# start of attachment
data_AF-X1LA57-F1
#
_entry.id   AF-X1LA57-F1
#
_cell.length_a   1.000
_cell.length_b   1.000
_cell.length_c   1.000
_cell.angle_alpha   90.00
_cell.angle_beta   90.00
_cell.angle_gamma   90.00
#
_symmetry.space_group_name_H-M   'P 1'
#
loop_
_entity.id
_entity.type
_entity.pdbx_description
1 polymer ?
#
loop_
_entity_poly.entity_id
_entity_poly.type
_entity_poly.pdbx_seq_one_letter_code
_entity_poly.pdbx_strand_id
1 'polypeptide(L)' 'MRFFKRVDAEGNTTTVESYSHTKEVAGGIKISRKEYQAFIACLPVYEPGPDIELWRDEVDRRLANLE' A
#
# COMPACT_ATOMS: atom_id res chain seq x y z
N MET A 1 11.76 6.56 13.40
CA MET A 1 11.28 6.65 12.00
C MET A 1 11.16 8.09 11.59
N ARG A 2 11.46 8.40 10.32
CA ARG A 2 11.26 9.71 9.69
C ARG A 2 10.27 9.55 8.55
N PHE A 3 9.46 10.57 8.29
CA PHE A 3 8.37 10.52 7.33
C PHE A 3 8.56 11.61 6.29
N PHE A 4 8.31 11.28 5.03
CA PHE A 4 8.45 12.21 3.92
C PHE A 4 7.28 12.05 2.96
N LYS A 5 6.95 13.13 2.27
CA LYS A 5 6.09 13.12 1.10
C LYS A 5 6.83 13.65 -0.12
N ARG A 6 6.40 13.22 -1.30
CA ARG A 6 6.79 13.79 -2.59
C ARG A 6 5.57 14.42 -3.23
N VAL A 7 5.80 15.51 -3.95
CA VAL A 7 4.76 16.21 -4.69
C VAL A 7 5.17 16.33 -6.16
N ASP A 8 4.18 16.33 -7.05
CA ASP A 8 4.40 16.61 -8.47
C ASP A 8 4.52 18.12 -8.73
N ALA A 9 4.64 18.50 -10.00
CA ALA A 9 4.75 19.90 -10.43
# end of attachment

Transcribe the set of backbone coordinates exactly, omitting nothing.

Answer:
data_AF-X1LA57-F1
#
_entry.id   AF-X1LA57-F1
#
_cell.length_a   1.000
_cell.length_b   1.000
_cell.length_c   1.000
_cell.angle_alpha   90.00
_cell.angle_beta   90.00
_cell.angle_gamma   90.00
#
_symmetry.space_group_name_H-M   'P 1'
#
loop_
_entity.id
_entity.type
_entity.pdbx_description
1 polymer ?
#
loop_
_entity_poly.entity_id
_entity_poly.type
_entity_poly.pdbx_seq_one_letter_code
_entity_poly.pdbx_strand_id
1 'polypeptide(L)' 'MRFFKRVDAEGNTTTVESYSHTKEVAGGIKISRKEYQAFIACLPVYEPGPDIELWRDEVDRRLANLE' A
#
# COMPACT_ATOMS: atom_id res chain seq x y z
N MET A 1 11.76 6.56 13.40
CA MET A 1 11.28 6.65 12.00
C MET A 1 11.16 8.09 11.59
N ARG A 2 11.46 8.40 10.32
CA ARG A 2 11.26 9.71 9.69
C ARG A 2 10.27 9.55 8.55
N PHE A 3 9.46 10.57 8.29
CA PHE A 3 8.37 10.52 7.33
C PHE A 3 8.56 11.61 6.29
N PHE A 4 8.31 11.28 5.03
CA PHE A 4 8.45 12.21 3.92
C PHE A 4 7.28 12.05 2.96
N LYS A 5 6.95 13.13 2.27
CA LYS A 5 6.09 13.12 1.10
C LYS A 5 6.83 13.65 -0.12
N ARG A 6 6.40 13.22 -1.30
CA ARG A 6 6.79 13.79 -2.59
C ARG A 6 5.57 14.42 -3.23
N VAL A 7 5.80 15.51 -3.95
CA VAL A 7 4.76 16.21 -4.69
C VAL A 7 5.17 16.33 -6.16
N ASP A 8 4.18 16.33 -7.05
CA ASP A 8 4.40 16.61 -8.47
C ASP A 8 4.52 18.12 -8.73
N ALA A 9 4.64 18.50 -10.00
CA ALA A 9 4.75 19.90 -10.43